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Review by andrewb February 9, 2007 (5 of 6 found this review helpful)
Performance:   Sonics:    
After listening to this disc several times in the last couple of months I have to conclude that none of the works on the disc are performed to a sufficiently high standard as to be recommendable.

The performance of each work is a curate's egg, take the opus 134, the Introduction is excellent, light and transparent with momentum flowing gently forwards but then the allegro just seems to stop - as though the players and conductor have lost their way and are not sure how to proceed, confidence just seems to exude away. Solo lines in the concerto and elsewhere are often frail and uncertain in their ending. One has to suspect that this recording was made too early and that everyone concerned needed more preparation to become more at ease with the musics requirements and its interpretation and thus play with confidence.

The major advantage of the disc is in the use of a chamber orchestra, which I believe enhances much of Schumann's music. This performance has considerable transparency in this respect and is most enjoyable for that reason, unfortunately this transparency leaves fewer places for inadequate performance to hide and this is mercilessly shown here.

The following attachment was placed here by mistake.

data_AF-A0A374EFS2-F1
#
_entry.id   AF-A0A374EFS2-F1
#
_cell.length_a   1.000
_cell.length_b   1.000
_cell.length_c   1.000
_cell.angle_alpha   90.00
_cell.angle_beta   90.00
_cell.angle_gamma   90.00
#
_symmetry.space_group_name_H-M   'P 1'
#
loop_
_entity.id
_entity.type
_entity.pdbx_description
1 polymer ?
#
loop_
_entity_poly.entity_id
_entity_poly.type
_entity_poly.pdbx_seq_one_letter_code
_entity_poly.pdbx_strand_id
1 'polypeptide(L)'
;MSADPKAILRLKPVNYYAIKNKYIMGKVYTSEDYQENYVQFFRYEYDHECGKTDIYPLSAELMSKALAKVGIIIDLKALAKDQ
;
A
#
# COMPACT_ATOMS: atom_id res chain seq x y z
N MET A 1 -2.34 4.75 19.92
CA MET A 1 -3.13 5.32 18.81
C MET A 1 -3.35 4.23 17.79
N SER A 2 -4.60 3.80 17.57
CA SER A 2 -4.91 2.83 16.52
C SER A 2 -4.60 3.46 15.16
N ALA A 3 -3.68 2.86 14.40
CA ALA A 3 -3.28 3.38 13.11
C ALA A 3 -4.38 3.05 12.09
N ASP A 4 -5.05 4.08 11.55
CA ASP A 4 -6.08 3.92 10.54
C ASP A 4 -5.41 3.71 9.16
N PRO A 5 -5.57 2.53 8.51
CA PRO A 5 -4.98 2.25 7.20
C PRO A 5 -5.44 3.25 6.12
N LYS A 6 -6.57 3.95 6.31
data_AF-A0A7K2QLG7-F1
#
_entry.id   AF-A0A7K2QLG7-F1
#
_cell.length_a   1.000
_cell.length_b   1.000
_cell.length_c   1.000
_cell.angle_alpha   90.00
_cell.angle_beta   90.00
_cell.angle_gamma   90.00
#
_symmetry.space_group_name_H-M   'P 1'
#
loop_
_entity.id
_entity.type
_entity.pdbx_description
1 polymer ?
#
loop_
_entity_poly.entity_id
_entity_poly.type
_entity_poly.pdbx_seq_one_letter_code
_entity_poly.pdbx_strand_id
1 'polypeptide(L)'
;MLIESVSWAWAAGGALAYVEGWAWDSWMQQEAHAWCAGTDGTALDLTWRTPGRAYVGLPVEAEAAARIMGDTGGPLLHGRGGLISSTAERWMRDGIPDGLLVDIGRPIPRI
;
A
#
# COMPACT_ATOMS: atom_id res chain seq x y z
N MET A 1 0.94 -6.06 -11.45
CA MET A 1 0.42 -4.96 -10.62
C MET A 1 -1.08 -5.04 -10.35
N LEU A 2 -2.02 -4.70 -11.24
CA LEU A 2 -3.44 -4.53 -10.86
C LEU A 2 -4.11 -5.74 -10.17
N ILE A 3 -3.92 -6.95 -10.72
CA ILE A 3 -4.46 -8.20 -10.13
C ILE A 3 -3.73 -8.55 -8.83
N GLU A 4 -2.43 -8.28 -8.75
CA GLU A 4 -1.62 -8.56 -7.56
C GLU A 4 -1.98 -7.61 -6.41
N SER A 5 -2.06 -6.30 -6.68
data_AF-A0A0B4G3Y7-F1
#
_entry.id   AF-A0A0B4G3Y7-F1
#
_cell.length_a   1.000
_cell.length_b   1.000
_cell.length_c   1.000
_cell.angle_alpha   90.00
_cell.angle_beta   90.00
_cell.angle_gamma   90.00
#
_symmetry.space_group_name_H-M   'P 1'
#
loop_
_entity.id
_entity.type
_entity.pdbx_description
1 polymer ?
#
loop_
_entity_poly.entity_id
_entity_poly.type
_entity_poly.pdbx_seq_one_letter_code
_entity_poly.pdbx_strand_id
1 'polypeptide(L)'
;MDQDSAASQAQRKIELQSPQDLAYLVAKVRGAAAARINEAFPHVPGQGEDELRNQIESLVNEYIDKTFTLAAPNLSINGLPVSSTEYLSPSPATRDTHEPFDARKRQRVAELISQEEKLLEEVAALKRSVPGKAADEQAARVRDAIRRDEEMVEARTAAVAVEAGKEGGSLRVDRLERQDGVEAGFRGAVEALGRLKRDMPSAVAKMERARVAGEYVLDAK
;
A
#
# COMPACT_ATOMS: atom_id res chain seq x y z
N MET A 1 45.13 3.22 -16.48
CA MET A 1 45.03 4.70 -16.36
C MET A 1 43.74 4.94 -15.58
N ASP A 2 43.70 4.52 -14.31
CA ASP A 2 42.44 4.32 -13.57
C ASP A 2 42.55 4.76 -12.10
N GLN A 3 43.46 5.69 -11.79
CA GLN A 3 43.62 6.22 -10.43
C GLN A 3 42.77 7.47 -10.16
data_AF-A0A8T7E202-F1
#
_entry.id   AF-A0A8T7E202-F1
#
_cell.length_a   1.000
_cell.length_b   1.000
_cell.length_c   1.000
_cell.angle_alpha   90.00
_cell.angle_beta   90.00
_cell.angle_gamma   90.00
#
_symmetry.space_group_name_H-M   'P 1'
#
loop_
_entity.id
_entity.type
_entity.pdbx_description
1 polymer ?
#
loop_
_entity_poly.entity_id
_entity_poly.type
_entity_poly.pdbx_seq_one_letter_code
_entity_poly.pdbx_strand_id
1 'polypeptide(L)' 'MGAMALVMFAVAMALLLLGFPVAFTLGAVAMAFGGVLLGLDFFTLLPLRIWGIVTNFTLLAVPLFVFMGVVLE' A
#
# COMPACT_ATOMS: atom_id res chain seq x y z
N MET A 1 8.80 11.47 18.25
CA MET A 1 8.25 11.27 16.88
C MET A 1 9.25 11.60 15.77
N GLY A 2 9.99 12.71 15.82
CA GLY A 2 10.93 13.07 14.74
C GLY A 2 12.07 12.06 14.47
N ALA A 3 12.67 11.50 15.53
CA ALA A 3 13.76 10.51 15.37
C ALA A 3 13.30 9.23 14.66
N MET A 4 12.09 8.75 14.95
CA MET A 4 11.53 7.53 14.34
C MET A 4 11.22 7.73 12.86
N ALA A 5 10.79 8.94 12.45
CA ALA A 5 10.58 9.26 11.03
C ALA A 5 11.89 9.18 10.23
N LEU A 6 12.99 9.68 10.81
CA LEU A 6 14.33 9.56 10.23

The performance is not helped by a very poor multi-channel recording, it is much too reverberant and gives a very narrow image between the front speakers. This reverberance annoyingly clouds some of the transparency achieved by using a small orchestra. One can improve matters by substantially reducing the rear channel output but the result is still not good by todays SACD recording standards. In the end I gave up on the multi-channel and just listened in stereo.
The stereo sound is OK but not outstanding.

Hopefully the newly started Opening Doors project from the Swedish Chamber Orchestra and Dausgaard on BIS will give us a better Schumann Piano Concerto with chamber orchestra (at least I am hoping that they are recording this concerto), the first release of symphonies 2 and 4 was a good start, especially the original version of number 4.

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Works: 3  

Robert Schumann - Introduction and Allegro for Piano and Orchestra, Op. 134
Robert Schumann - Konzertstück (or Introduction & Allegro appassionato) in F for Piano and Orchestra, Op. 92
Robert Schumann - Piano Concerto in A minor, Op. 54